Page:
Check out this author spotlight for Wayne Turmel!

You can find all his links furthest down the page, and don’t forget to check out his books!

1. Hi! Welcome to my humble blog of all things bookish! I would like for us to start by getting to know you. Give us a short bio, please!

My name is Wayne Turmel. I’m a Canadian living in Las Vegas. I started life in the small town of Mission BC, spent nearly 18 years as a professional comedian, then got a big-boy job. I’ve written 4 novels, a bunch of short stories and 9 non-fiction books. Did I mention I’m tired?

2. To get to know you just a little bit better, I’d like to ask you some this or that questions. Answer 5 of these and explain why you chose this or that, or maybe an entirely different alternative!

Cat or dog? Cats are fine, but I’m allergic. No amount of love is worth itchy, watery eyes. (A good piece of relationship advice in general) My current office mate and harshest editor is Mad Max, Defender of the Realm and Most Manly of Poodles.

Tea or coffee?  Too. Much. Coffee. My Canadian mother would be scandalized at how little tea I drink. But when there’s a crisis, it’s genetically programmed that the first thing you do is put the kettle on. Tea is for emotional emergencies only.

Mountains or beaches? Mountains. Something about seeing mountains that keeps you humble. Plus, at my age the sound of all that water makes me have to go to the bathroom three times a night.

Pen and paper or computer/phone? I noodle and outline on paper with a pen, then pound out the words on my computer. Can’t write on my phone…. My thumbs are too fat, and I have to blow up the text to about five words per screen so I can read it. I’m a dinosaur, but hopefully one of the cute cuddly ones that make good stuffed toys.

Hero or anti-hero? I confess I don’t like my heroes too perfect. In the 3 Musketeers, Dartagnan is a bit of a jerk, and he’s my favorite.  Johnny Lycan is a bit of both—nice guy, wants to do the right thing, turns into a hairy rage monster at the slightest provocation.

3. When you look for books to read, what trope or type of story will always catch your attention?

I’m a sucker for Fish out of water stories or anything where the main character is their own biggest obstacle (if I had a therapist I’m sure she’d tell you why) My favorite historical figures and book characters are all very complicated humans who would be fun to talk to at a party but you’d want them dead by the end of the weekend.

4. What do you write? Tell us about your current projects and the latest happenings!

I live a split life. On the one hand I write business books, and the third in our Long-Distance Leader series is coming out in January. Then there’s my fiction. Johnny Lycan is my 4th novel and a complete change. I’ve gone from historical fiction to urban fantasy. At first I worried it would ruin my brand, but what am I going to do? Tick off both my readers?

5. What is your most recent release? Give us a short presentation, cover, and a link for where to buy it!

After 3 Historical Novels,  I have written the first in the Urban Fantasy Johnny Lycan series, “Johnny Lycan and the Anubis Disk,” with the next installment coming in November 2022 and I’m working on the third.  Johnny is a normal 30=ish guy in Chicago with a sketchy past who’s trying to start up his own security and relocation business. He just happens to be a werewolf, which gets tricky. He thinks he’s the strangest, most awful thing out there, but he’s learning the world is way weirder than he ever thought possible. Some people have compared it to Dresden Files, and that’s flattering, but I think it’s more like Spencer for Hire if Spencer was a Lycan. Think gritty,  humorous, detective noir. With claws.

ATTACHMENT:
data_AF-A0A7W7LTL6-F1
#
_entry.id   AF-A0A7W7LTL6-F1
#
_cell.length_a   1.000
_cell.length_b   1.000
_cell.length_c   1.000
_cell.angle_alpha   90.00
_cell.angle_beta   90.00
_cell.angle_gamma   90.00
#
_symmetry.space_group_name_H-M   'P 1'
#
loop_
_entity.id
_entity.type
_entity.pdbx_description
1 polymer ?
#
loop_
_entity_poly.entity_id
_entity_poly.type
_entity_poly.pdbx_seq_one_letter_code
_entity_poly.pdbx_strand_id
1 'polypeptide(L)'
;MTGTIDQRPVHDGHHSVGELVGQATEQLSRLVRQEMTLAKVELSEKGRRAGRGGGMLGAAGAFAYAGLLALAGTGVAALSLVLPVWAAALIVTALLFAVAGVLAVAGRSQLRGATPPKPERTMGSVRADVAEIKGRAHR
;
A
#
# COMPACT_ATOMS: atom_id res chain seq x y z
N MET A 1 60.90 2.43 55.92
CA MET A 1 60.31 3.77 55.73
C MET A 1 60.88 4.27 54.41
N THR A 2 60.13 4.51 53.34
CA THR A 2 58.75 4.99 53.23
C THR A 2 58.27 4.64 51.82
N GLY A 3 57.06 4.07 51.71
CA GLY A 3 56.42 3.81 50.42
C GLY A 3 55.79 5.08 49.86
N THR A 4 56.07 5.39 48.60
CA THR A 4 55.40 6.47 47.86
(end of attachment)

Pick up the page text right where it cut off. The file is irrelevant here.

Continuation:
6. What real-life inspiration do you draw from, and what are your primary fictional sources of inspiration (books, authors, films, music, etc.)? Name a few! 

I am bibliographically promiscuous (so much nicer term than “book slut,” which I am)  I like historical figures that succeed or not despite their own failings. That’s why real people like Byron de Prorok (subject of my first novel, The Count of the Sahara) and Richard Francis Burton fascinate me. My fictional inspiration stretches from the 3 Musketeers (my all-time favorite novel) to Hunter S Thompson, to Mark Helprin (whose prose is so beautiful it makes me want to quit every time I read himi) and back to Jim Butcher and George RR Martin. Sometimes you want art, sometimes you need jelly beans. I hope to write art-flavored jelly beans.

7. What is your writing routine? If you have one, give us the run-down!

Because I still rely on the dreaded day job, weekdays are limited to my non-fiction work like blog posts and my business books. During the week I doodle in my notebook, writing down lines and working out plot points. It’s like all those ideas build up like a dam. Then, Saturday and Sunday I pull the cork and spend time writing the book. This way I can pound out thousands of words in a fairly short period of time.

8. If you could go back and give yourself one piece of advice as you started out on the path to becoming an author, what would it be?

There are 3 buckets of feedback and advice you’ll receive as a writer. The smallest bucket is the gold… take it and use it and learn to get better. The second bucket is well-intentioned and might be the roots of something useful, so treat it seriously and give it thought, then decide on your course of action. The third bucket is huge, and it’s all the useless, just plain wrong advice you’ll get from people. Thank them and ignore it. The trick is to listen to all of the feedback you get and carefully decide what goes in each bucket.

9. Last but not least: where can we find you? Drop those links!

My Amazon Author Page, where you can find both my fiction and non-fiction work

Twitter @Wturmel

Facebook My website